One of the sure signs in recent years that people commenting or writing about China might have a clue what they were talking about was the great divide between those from 2015 who referred knowingly to China’s grand `Belt and Road Initiative’ (BRI) and those who remained wedded to the term `One Belt One Road’ (OBOR) which had been used, for a year or so, before then. The former were clearly more up to date than the latter.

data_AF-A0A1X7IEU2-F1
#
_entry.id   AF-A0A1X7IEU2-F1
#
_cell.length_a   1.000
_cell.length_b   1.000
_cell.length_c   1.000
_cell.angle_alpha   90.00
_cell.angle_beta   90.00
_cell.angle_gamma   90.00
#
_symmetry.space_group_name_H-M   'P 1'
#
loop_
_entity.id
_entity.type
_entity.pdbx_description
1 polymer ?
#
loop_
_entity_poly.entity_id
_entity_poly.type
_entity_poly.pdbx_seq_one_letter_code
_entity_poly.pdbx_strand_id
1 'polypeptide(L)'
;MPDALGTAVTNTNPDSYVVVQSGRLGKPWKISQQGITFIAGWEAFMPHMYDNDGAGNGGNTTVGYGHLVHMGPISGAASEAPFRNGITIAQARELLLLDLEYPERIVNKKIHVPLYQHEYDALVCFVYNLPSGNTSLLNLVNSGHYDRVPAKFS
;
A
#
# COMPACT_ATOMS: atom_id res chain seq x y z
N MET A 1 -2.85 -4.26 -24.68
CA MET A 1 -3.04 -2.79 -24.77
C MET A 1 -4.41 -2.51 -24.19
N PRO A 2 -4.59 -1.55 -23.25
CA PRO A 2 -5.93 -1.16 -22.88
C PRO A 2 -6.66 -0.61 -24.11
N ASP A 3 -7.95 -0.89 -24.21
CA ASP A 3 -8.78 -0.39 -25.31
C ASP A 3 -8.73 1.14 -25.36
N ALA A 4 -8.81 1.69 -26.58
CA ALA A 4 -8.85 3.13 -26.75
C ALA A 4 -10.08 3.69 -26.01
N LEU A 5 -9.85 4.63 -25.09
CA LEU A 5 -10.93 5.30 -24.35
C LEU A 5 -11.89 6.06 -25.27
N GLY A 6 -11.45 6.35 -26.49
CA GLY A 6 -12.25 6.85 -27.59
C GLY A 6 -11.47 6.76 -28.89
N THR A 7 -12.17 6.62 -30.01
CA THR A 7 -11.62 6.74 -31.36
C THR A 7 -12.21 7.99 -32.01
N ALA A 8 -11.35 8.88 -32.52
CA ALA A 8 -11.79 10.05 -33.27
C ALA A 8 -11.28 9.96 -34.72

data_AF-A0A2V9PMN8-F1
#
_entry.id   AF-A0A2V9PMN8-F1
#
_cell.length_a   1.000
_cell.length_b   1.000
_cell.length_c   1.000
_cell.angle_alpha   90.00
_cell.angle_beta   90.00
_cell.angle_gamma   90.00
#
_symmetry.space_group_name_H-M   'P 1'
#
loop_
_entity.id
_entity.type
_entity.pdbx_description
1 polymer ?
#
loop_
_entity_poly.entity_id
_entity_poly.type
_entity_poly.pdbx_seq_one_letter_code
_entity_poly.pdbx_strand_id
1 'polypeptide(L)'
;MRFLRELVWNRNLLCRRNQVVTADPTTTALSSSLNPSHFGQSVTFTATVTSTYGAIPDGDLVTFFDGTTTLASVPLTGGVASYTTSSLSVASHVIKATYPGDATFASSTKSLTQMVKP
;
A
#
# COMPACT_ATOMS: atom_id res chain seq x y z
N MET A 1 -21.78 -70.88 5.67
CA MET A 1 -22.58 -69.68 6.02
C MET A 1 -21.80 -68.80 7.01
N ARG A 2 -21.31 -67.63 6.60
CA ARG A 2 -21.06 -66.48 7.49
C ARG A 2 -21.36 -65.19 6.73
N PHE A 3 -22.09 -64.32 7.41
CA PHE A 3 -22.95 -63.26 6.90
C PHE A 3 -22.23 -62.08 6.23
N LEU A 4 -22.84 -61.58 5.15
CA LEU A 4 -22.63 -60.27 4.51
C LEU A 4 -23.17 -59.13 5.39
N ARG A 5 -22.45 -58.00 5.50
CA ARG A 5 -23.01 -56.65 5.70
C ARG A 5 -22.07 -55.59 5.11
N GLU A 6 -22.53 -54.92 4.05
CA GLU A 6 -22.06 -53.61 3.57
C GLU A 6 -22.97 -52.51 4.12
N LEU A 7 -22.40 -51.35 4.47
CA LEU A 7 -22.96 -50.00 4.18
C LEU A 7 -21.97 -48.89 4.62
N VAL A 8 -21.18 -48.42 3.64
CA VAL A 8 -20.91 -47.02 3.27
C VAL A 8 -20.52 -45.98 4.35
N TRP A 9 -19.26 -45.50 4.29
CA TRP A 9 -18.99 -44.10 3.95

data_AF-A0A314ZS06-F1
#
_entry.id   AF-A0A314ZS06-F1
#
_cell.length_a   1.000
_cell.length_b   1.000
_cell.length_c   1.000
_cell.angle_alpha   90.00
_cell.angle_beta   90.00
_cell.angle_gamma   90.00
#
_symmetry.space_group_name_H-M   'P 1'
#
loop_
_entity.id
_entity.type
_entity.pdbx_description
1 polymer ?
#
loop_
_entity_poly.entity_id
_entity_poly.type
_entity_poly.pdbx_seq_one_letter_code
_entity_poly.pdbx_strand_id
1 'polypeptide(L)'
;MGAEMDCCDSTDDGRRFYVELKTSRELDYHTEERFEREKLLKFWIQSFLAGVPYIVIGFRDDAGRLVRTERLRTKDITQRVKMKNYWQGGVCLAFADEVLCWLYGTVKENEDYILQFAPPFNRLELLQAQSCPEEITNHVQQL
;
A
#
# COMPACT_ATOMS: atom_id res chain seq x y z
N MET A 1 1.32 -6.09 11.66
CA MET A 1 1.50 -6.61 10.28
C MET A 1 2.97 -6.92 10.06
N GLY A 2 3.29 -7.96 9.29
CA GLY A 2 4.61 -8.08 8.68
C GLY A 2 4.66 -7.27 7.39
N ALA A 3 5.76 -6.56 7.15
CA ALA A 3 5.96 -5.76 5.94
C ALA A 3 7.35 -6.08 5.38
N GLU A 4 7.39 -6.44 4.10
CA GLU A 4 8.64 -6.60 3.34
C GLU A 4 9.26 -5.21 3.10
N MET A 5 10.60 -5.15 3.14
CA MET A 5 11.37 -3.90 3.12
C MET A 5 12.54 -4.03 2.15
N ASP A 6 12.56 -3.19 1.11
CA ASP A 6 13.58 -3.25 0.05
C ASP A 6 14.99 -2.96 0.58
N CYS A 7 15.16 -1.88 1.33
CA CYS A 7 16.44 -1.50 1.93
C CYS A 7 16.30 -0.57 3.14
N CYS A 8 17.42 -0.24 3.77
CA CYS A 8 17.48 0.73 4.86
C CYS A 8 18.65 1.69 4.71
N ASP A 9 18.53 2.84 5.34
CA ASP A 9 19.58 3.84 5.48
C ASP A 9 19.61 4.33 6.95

Eyck Freymann’s book rather bravely carries the old name (`One Belt One Road: Chinese Power Meets the World’. Harvard East Asian Monographs, 2021). As a book clearly written by someone who has worked in depth on the BRI it would be a huge puzzle if they were not aware of the updated title. Freymann is very aware that this question might be raised, and deals with the issue of names right at the start of this interesting new work. His rationale for maintaining the old label is that in many ways it is the more accurate translation of the Chinese `一带一路‘ (yidai yilu). That is fair enough. Nevertheless, it is still a bold, confident move – to basically overrule the current main architects of an idea and decide to deploy one’s own language for it. Is there a hint of American hubris here? (Freymann is American, though currently undertaking his doctoral degree at Oxford).